This new version of “rp” involves setting up multiple social media accounts under different names and pretending to be other people.  The point of this is unclear to me. When used to try and deceive others into a romantic relationship for devious purposes this is called “catfishing”, but that doesn’t appear to be what most teens are doing. They just simply pretend to be other people.  When I used to do this I would pretend to be Doc Holliday or Buck Rogers, not Alan from  Hackensack, New Jersey.

I understand that teenagers go through different phases as they try to figure out who they want to be and forge their own identity. It takes a while for anyone to become comfortable with who they are. Some never do. Kayla has at times been a “goth”, a “prep,” and everything in between.  Most people cycle through the entire cast of The Breakfast Club before they turn eighteen.

But pretending to be other people on-line, complete with profile pictures and made up back stories, won’t be allowed. We have a hard enough time keeping up with her on-line activities without several aliases to follow.  Whatever the motivation, this is still a form of lying. There is also going to be a feeling of decreased accountability if you are saying something as another person.  On the plus side, all of our admonitions about not believing someone on-line is who they say they are should have a little more credence.

I think the message was received, but we’ll keep monitoring and lecturing. It’s what parents do. If Kayla feels the need in the future to do any on-line “role playing”, I know a great guild that could always use another wizard.


d and d


Placenta Shake?

I work in a department that is 95% female, so I often overhear things that I can promise would never be heard in any male conversation.  It would seem that this insider’s knowledge into the workings of the female mind would offer me some greater insight, but that has yet to materialize.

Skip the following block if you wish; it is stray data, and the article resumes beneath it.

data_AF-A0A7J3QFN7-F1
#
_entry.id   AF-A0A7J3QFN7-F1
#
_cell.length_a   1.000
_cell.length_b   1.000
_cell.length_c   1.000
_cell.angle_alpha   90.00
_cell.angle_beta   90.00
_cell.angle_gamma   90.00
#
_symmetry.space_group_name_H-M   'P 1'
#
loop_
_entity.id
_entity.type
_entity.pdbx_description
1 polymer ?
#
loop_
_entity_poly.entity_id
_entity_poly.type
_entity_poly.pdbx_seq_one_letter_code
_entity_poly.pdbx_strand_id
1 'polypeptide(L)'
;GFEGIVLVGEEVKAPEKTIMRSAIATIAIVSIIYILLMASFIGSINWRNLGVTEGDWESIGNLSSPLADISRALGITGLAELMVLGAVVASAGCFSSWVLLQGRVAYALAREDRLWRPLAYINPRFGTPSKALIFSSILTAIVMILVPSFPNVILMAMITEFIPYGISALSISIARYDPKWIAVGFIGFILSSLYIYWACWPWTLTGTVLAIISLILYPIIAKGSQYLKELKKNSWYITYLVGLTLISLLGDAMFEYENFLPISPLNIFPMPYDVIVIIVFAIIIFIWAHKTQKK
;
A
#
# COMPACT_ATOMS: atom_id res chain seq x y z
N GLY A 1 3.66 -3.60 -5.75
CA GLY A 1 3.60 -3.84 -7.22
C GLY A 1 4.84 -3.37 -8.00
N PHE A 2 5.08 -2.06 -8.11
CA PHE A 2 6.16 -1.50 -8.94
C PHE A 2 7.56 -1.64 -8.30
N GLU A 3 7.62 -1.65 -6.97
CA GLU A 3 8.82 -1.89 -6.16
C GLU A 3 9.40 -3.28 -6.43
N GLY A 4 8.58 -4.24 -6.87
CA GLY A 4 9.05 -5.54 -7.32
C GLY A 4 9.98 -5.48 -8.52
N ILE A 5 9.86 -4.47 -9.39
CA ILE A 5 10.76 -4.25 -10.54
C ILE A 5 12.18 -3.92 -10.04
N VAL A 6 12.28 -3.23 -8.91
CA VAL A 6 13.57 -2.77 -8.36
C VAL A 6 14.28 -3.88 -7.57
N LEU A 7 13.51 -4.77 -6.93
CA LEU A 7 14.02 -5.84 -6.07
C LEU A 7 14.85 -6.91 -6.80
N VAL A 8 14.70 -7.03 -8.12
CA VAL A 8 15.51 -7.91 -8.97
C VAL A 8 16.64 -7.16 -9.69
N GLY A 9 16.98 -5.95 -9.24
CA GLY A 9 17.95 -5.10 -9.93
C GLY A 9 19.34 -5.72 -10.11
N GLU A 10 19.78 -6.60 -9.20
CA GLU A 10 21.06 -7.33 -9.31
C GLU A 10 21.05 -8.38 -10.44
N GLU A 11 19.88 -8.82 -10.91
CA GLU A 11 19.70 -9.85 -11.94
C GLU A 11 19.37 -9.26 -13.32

One such recent conversation revolved around somebody that a co-worker knew that was engaging in a new practice known as “Lotus Birth.”  For those unaware of what this is, after childbirth the mother of a newborn carries around her placenta in a bowl until the umbilical cord detaches from the baby naturally.  The idea behind the practice is that there is a decreased chance of infection by not cutting the cord, and it allows a complete transfer of placenta and cord blood, thus potentially boosting the newborn’s immune system.

I’ve been unable to find any scientific data to back up these claims, and the opinions seemed pretty unanimous that this was simply another disgusting way for some people to feel superior about themselves and their parenting skills. I’d have to agree with the disgusting part, but if my wife had wanted to try this, I’d certainly have no problem with her sleeping in the basement for a few days until the cord fell off.

As a man, there is still very little that I know less about than breastfeeding or its effects on a new mother.  I know its benefits for the child are pretty universally known and seems to be the way nature intends mammals to gain their early nurishment. There are plenty of good reasons why some women can’t or don’t, and I would never judge them for that, but without a pretty good excuse,  I fully expected my wife to breastfeed, which she did.  As far as I could tell it wasn’t overly terrible for her.  She tried to eat healthy and stayed away from alcohol and caffeine. It’s all about the baby’s health, right?

Which brings me back to that placenta.

How much evidence would you hypothetically need about added health benefits before you did this with your next child?  It’s not like you’re going out in public for the first few days home from the hospital. You wouldn’t need to purchase an extra handbag along with the diapers and bottles.

We all sacrifice constantly for our children.  Our sleep, our time, basically everything that qualifies as “for us” becomes harder and harder to come by.  Breastfeeding probably isn’t very comfortable.  The first few months of a child’s life are nothing but gross, but somehow we all survive it.

So here’s the question: If you were told your child would be 2% healthier and more intelligent if you ATE the placenta over the course of the first week of breastfeeding, would that be a high enough number?  Would you need it closer to 10%? 20%?  If it became a societal norm, how much easier would that first swallow be?

I think anything less than 10%, I’d respect my wife’s decision on the matter. Anything over that though, I’m going to grab her a knife and fork.

Adventures with girls, from preschool to proms